This large and exciting study demonstrates that midwifery care with different types of midwives is an option for healthy women with low-risk pregnancies including women carrying their first child. Women need to understand the differences in types of midwives available to them and choose their birth attendant carefully. Home birth is safest when there is good communication between the midwife/birth attendant and hospital. Unfortunately, It is not uncommon to find financial/political competition between physicians and midwives. EMTALA, the Emergency Medical Treatment & Labor Act, prevents hospitals or staff from refusing to care for someone who arrives at their doors in labor or in an emergency but a poor relationship with hospital staff can result in dangerous delays to care.
This study of almost 17,000 births was published in the American College of Nurse-Midwives professional journal but the births were attended by a variety of different types of midwives. Nurse-Midwives are the most highly researched midwives in the U.S but most attend births in hospitals but other types of midwives mostly do homebirths and are therefore specialists in this arena. The majority of the study’s pregnant women were white, college educated, married and paid for their services out of pocket so this does not represent the general population and better outcomes were to be expected. Interestingly 6% were Amish or Mennonite who have very healthy lifestyles.
This study, using a variety of different types of midwives included some high-risk pregnancies as noted below. The summary of their results follows:
- 89% of the births were successful at home
- The hospital transfers during labor were primarily for “failure to progress” which means labor stalled and the many midwife interventions were unable to get it to advance.
- Less than 5% of women required, at the hospital, artificial stimulation of their labor or epidural anesthesia.
- 94% of women had a normal vaginal birth
- 1% had an assisted vaginal birth (forceps or vacuum)
- The cesarean rate was only 5.2%.
- 1054 women attempted a vaginal birth after a cesarean with an 87% success rate. (Be advised that VBAC at home is a controversial topic and there were increased rates of fetal but not neonatal death with these women in this study).
- Included preterm (less than 37 weeks), breech, multiple gestations including twins, gestational diabetes and preeclampsia. (Be advised it is controversial if these births should be done at home and this study showed evidence that fetal/newborn death was higher in some of these situations).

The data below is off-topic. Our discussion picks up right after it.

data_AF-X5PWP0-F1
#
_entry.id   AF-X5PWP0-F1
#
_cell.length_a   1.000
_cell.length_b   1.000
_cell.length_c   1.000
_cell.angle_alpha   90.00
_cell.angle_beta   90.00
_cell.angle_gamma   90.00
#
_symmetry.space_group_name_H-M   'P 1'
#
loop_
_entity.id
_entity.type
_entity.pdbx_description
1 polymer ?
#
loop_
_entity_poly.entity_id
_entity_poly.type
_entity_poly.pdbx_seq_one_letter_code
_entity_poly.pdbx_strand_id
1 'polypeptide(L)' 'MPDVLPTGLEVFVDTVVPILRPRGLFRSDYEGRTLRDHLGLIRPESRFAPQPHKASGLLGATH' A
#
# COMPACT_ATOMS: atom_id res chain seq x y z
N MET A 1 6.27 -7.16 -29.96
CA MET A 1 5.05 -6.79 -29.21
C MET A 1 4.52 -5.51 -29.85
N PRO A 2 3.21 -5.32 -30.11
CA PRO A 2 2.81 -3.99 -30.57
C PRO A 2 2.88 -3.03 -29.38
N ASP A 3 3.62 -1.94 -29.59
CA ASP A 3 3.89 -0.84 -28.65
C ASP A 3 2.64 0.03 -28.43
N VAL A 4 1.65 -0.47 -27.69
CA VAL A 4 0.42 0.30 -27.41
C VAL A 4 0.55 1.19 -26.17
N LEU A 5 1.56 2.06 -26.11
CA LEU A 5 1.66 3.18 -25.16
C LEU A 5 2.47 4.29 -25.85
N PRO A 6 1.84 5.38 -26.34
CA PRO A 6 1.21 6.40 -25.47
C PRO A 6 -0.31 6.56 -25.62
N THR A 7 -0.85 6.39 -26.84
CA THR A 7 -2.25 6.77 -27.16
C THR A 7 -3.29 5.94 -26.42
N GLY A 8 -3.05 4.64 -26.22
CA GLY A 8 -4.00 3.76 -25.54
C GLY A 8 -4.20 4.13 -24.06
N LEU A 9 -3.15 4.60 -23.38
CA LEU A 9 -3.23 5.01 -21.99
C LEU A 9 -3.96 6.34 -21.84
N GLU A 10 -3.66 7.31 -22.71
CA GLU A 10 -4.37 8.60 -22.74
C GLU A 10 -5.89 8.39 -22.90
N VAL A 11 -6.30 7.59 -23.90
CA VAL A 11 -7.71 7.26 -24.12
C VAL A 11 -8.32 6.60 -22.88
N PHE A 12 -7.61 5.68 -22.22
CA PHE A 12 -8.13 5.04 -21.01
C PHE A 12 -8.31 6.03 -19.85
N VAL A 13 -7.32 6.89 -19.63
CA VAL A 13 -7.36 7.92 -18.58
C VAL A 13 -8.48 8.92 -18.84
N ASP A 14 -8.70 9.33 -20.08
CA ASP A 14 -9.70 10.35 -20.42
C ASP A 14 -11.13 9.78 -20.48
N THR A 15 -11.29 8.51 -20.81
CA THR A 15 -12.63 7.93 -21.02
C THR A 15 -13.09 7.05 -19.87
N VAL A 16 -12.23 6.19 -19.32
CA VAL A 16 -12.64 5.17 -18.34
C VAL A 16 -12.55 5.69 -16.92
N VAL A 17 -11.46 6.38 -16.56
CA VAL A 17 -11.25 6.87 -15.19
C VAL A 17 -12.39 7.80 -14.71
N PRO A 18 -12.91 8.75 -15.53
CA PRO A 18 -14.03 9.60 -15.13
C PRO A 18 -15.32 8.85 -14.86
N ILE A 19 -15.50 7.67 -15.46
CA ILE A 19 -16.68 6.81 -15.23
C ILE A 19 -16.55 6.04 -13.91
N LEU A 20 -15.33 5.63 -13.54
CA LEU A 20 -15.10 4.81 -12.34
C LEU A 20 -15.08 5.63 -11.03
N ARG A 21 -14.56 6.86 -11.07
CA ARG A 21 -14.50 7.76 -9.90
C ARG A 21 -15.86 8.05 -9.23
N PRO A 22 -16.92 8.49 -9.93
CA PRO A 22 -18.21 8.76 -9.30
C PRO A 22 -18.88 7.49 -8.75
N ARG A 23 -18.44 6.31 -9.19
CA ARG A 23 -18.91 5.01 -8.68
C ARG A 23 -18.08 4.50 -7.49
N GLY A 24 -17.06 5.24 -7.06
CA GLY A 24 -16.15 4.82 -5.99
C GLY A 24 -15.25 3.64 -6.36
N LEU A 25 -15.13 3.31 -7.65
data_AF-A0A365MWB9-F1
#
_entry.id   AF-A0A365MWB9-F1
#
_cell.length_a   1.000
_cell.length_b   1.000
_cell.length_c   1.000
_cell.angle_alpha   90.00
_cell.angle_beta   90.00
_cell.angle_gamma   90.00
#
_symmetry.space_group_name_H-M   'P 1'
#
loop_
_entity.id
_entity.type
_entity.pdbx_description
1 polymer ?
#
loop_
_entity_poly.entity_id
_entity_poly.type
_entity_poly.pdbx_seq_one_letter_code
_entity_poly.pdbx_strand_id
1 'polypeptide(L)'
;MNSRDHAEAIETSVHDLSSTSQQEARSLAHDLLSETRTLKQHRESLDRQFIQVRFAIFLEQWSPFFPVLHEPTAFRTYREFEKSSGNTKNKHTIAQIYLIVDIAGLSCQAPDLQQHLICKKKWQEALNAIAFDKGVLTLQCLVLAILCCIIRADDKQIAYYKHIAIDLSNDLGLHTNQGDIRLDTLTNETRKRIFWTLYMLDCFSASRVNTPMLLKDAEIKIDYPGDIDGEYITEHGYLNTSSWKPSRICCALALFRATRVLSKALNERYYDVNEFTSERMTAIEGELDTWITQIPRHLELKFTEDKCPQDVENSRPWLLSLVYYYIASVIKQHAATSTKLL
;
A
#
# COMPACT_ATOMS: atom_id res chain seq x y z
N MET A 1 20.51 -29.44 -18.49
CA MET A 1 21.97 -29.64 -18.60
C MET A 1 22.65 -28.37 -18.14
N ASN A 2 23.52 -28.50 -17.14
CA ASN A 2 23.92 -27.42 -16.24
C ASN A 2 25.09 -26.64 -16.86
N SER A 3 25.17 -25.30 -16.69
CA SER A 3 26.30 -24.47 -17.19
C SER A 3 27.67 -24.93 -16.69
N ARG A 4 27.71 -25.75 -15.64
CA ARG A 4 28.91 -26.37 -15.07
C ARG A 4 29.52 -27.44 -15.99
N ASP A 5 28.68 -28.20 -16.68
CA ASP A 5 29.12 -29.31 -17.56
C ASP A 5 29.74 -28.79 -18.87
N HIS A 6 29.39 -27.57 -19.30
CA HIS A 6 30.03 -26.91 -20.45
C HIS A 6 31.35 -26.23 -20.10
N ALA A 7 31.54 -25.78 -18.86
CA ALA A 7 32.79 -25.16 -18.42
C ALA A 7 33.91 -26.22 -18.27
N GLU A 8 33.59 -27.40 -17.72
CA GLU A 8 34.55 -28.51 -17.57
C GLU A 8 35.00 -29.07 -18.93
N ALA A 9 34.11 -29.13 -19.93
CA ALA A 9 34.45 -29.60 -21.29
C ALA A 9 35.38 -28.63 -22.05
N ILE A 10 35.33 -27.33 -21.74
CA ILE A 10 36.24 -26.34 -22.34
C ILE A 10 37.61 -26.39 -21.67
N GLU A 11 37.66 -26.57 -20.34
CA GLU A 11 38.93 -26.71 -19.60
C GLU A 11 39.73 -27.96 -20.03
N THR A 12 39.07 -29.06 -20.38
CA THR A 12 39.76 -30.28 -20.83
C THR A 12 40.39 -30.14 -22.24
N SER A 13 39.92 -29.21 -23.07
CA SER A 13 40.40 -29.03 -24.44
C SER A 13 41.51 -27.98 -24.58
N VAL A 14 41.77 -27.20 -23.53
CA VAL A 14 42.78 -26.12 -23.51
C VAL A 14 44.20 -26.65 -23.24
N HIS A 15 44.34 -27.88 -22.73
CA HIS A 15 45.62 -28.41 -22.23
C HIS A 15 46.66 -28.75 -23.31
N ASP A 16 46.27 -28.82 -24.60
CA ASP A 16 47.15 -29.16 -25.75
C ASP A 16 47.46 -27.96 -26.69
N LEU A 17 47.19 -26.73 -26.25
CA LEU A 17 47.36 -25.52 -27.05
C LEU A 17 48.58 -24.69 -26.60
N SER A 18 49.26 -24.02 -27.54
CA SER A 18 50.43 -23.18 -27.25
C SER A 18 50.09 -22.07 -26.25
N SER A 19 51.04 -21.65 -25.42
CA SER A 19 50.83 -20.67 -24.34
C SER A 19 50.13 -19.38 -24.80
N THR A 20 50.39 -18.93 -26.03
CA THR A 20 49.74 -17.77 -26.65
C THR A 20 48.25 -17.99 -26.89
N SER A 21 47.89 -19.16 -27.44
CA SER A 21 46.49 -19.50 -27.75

- 49% had intact perineums (no tearing).
- Expected very low rates of medical interventions
- Apgar scores (score of newborn condition) of less than 7 at 5 minutes occurred in 1.5% of babies. (Which also happens in hospital births).
- 97% of babies in this study were carried full term and weighed an average of eight pounds at birth
- 98% were being breastfed at the six-week follow-up visit
- Only 1% of babies needed to be transferred to a hospital after coming into the world.
Previous studies used less than ideal birth certificate data which doesn’t identify the crucial information if the home birth was planned or not. This study utilized data from the Midwives Association of North America data sets that provided more detail. Hopefully this research will encourage the states that have not made homebirth a legal option (can you believe some states don’t give women the legal option to give birth at home?) the impetus to do so. Homebirth is also much less expensive which leads to savings for all of us. Evidence continues to amass that homebirths for normal pregnancies may yield health benefits far after the birth. The Cesarean rate was dramatically reduced and this study also seems to indicate that higher risk women are not ideal candidates for homebirth.
Cheyney, M. (2014, January 30). Journal of Midwifery & Women’s Health. Retrieved from http://onlinelibrary.wiley.com/doi/10.1111/jmwh.12172/abstract